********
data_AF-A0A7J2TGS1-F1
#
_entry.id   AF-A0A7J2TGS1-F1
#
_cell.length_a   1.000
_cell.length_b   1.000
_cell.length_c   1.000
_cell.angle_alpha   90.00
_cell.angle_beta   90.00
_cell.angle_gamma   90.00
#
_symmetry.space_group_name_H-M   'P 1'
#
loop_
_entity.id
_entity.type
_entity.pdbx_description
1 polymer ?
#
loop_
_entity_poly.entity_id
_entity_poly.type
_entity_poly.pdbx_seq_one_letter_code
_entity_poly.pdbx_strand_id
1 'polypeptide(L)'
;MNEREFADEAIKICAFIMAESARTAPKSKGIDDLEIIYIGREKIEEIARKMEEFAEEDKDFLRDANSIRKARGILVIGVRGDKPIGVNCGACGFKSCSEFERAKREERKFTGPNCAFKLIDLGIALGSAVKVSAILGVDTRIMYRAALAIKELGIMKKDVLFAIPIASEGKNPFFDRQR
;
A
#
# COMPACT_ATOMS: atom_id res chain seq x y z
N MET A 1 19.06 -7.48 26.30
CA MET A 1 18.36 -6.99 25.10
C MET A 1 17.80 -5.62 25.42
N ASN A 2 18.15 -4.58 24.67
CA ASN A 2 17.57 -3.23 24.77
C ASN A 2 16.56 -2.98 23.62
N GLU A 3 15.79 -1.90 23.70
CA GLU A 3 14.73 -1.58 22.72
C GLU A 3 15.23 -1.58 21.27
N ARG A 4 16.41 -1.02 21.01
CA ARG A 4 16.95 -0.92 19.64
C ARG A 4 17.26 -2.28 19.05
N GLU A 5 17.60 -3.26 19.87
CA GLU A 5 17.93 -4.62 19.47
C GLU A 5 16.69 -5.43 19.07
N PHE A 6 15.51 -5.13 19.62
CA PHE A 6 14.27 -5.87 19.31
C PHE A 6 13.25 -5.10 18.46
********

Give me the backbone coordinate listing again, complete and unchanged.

data_AF-A0A7J2TGS1-F1
#
_entry.id   AF-A0A7J2TGS1-F1
#
_cell.length_a   1.000
_cell.length_b   1.000
_cell.length_c   1.000
_cell.angle_alpha   90.00
_cell.angle_beta   90.00
_cell.angle_gamma   90.00
#
_symmetry.space_group_name_H-M   'P 1'
#
loop_
_entity.id
_entity.type
_entity.pdbx_description
1 polymer ?
#
loop_
_entity_poly.entity_id
_entity_poly.type
_entity_poly.pdbx_seq_one_letter_code
_entity_poly.pdbx_strand_id
1 'polypeptide(L)'
;MNEREFADEAIKICAFIMAESARTAPKSKGIDDLEIIYIGREKIEEIARKMEEFAEEDKDFLRDANSIRKARGILVIGVRGDKPIGVNCGACGFKSCSEFERAKREERKFTGPNCAFKLIDLGIALGSAVKVSAILGVDTRIMYRAALAIKELGIMKKDVLFAIPIASEGKNPFFDRQR
;
A
#
# COMPACT_ATOMS: atom_id res chain seq x y z
N MET A 1 19.06 -7.48 26.30
CA MET A 1 18.36 -6.99 25.10
C MET A 1 17.80 -5.62 25.42
N ASN A 2 18.15 -4.58 24.67
CA ASN A 2 17.57 -3.23 24.77
C ASN A 2 16.56 -2.98 23.62
N GLU A 3 15.79 -1.90 23.70
CA GLU A 3 14.73 -1.58 22.72
C GLU A 3 15.23 -1.58 21.27
N ARG A 4 16.41 -1.02 21.01
CA ARG A 4 16.95 -0.92 19.64
C ARG A 4 17.26 -2.28 19.05
N GLU A 5 17.60 -3.26 19.87
CA GLU A 5 17.93 -4.62 19.47
C GLU A 5 16.69 -5.43 19.07
N PHE A 6 15.51 -5.13 19.62
CA PHE A 6 14.27 -5.87 19.31
C PHE A 6 13.25 -5.10 18.46